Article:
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Mitochondrial DNA is big on the alternative scene these days. Brain research and the role mitochondria play has given rise to many new products. Some are quite expensive and promise great brain health and to recharge the mitochondria. The question is, should we take them? Will they really help? And should we jump on this bandwagon?

I won’t tell you the answer to these questions because you have to decide what’s right for you, of course. However, I will say we herbalists have an advantage, particularly when we couple our knowledge with TCM. Simply put, the tiny powerhouses we call mitochondria are nothing more than Spleen Qi; we immediately know what herbs supplement Spleen Qi — astragalus, ginseng, and reishi, for starters. Taking these herbs alone will build your mitochondria (and if you want to spark your ATP as well, then include Kidney Yang tonics).

Admittedly I wrote a blog about this three years ago, but the commercial push has grown big and vast since then so I think it bears retelling. Here it is.

A combined Western Medicine/TCM study that was done in China yielded surprising results in the connection between the Spleen in both medicines.* In the study, a tiny camera was introduced into the mucosal lining of the stomach in both normal patients and those with the TCM symptoms of deficient Spleen Qi — poor digestion, low appetite, gas, bloating, acid regurgitation, loose stools, undigested food in the stools, malnutrition, weakness in arms and legs, fatigue, poor muscle development, edema of abdomen, hips and thighs, blood spots under the skin, easy bruising, lack of sensation of taste, prolapsed organs, frequent bleeding, abdominal distension, obsession, worry and anemia.

The results of the study showed a marked correlation between the quantity and quality of mitochondria in the normal patients versus those with deficient Spleen Qi (keep in mind here that the mitochondria are the “powerhouses” of the cells and so relate to Qi, or “energy,” in the body).

In the normal patients the mitochondria were abundant in number while in those with deficient Spleen Qi, the mitochondria were not only fewer in quantity, but the ones present were damaged, swollen and/or had poor reticulation. This affected many aspects of the body, such as poor digestion, decreased hemoglobin levels and reduced muscle strength.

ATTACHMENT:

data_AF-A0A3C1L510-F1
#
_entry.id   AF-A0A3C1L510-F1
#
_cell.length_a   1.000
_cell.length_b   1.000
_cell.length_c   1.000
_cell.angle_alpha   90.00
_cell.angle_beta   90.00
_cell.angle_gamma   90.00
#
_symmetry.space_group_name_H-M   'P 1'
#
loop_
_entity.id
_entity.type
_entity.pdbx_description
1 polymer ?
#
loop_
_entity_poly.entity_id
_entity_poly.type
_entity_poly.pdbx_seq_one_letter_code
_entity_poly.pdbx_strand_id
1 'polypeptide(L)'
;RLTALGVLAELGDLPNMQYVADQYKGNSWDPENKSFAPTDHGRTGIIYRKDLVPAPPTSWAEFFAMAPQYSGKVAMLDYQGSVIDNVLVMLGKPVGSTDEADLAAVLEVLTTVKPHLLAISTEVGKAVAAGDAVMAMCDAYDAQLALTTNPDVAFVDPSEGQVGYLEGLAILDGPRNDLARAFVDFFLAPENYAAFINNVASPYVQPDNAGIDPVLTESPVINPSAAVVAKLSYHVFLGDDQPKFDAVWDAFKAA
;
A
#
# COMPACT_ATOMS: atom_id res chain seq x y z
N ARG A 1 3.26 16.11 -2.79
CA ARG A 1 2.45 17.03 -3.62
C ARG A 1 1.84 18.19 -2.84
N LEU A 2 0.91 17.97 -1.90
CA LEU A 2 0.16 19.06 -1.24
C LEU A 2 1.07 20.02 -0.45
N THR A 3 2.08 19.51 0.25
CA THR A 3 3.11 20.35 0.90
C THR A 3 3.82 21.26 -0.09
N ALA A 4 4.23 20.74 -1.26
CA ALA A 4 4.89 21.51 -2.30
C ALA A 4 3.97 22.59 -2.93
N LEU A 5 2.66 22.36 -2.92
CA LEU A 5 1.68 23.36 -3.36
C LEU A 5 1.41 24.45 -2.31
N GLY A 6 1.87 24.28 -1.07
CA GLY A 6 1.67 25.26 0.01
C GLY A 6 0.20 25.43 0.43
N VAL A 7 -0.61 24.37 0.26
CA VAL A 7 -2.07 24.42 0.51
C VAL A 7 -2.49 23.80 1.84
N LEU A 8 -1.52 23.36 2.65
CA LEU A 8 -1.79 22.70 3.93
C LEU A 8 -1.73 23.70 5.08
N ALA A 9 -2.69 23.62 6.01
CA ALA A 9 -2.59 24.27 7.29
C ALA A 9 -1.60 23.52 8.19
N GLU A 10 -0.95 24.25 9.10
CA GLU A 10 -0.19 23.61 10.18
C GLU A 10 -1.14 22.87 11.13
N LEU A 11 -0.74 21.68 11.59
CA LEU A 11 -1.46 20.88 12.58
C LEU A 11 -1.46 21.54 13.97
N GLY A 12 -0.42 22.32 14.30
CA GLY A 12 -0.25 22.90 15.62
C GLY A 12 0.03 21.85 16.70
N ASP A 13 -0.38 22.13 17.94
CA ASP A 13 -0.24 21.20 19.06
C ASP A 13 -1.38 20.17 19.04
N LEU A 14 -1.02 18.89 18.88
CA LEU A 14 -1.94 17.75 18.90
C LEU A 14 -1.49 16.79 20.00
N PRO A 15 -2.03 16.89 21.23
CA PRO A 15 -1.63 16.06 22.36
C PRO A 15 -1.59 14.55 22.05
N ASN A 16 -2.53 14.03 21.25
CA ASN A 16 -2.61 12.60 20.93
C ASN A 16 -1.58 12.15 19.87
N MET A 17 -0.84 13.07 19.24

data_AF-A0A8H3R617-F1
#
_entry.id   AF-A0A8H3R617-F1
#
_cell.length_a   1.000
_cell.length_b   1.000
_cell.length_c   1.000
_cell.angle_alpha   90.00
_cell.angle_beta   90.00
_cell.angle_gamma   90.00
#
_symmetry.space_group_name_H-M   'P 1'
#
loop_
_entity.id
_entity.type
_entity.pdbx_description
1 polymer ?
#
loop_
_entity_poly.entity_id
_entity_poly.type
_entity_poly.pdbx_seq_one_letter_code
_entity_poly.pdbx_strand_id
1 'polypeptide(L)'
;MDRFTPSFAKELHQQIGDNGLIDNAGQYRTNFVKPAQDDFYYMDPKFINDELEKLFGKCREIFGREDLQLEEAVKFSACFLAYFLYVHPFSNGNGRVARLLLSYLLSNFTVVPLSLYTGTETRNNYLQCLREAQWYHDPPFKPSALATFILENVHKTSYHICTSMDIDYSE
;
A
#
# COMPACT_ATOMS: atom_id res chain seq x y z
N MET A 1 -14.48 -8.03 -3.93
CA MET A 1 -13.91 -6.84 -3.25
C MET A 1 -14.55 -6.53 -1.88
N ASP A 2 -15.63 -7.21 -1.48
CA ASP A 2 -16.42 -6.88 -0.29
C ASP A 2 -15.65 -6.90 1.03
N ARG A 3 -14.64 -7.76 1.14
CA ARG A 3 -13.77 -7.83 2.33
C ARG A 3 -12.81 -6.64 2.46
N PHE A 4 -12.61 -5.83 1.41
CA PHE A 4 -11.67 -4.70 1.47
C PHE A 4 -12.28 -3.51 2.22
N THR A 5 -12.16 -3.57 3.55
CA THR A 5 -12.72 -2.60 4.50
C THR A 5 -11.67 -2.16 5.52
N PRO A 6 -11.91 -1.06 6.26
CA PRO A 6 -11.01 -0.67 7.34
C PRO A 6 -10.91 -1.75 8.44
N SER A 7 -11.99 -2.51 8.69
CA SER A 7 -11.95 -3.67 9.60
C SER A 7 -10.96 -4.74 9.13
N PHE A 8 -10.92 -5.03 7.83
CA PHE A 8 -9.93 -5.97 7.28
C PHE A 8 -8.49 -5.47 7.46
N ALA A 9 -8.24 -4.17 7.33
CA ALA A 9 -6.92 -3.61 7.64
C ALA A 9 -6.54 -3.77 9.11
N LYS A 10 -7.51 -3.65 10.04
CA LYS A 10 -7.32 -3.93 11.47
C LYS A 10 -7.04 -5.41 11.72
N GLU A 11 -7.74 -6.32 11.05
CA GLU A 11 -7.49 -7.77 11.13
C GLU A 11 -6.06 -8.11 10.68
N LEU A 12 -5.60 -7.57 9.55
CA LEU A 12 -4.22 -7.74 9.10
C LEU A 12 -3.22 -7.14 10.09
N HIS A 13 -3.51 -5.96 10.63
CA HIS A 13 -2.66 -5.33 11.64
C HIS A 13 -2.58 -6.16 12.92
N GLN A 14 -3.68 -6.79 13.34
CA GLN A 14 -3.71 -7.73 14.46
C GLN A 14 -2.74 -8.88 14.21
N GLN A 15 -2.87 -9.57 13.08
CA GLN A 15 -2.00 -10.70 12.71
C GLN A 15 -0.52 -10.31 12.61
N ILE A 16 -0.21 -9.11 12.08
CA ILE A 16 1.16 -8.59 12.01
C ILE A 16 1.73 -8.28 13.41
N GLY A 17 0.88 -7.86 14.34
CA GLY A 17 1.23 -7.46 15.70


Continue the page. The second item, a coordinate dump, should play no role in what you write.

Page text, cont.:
As an example, the deficient Spleen Qi patients in the study experienced abdominal flatulence, abnormal stools and undigested food in the stool after intake of a high protein diet. All of them had obvious quantitative and qualitative changes of their mitochondria and displayed a decreased number of the enzyme secreting cells (zymogen granules) necessary for normal digestion. A deficiency of Spleen Qi was thus found to correspond to an insufficiency of digestive enzymes and a reduction of enzyme activity, interfering with digestion of proteins.

There are many more correlations between the functions of the Spleen in TCM and that in Western Medicine, but it’ll have to wait for a full article, or a book Michael and I have talked about writing for over a decade on comparing the two medicines. This blog post is meant to just give you a taste and hopefully, inspire you to explore the comparisons between the two medicines on your own.

In the meantime, there are many herbs that tonify Spleen Qi and they may well increase the number, improve the function and correct the damage and malformation of the cells’ mitochondria. This is good news. Readily available and well known, they include: ginseng, dioscorea (Chinese wild yam) codonopsis, astragalus and jujube dates. Give them a try and see if they don’t improve your brain function, too, since strong Spleen Qi enhances the ability to focus and memorize.

*Traditional Chinese Medicine Digest, Vol. II, 3 & 4, 1987, The People’s Medical Publishing House, SHK international Services, Ltd., 22/F, 151 Gloucester Road, Hong Kong.

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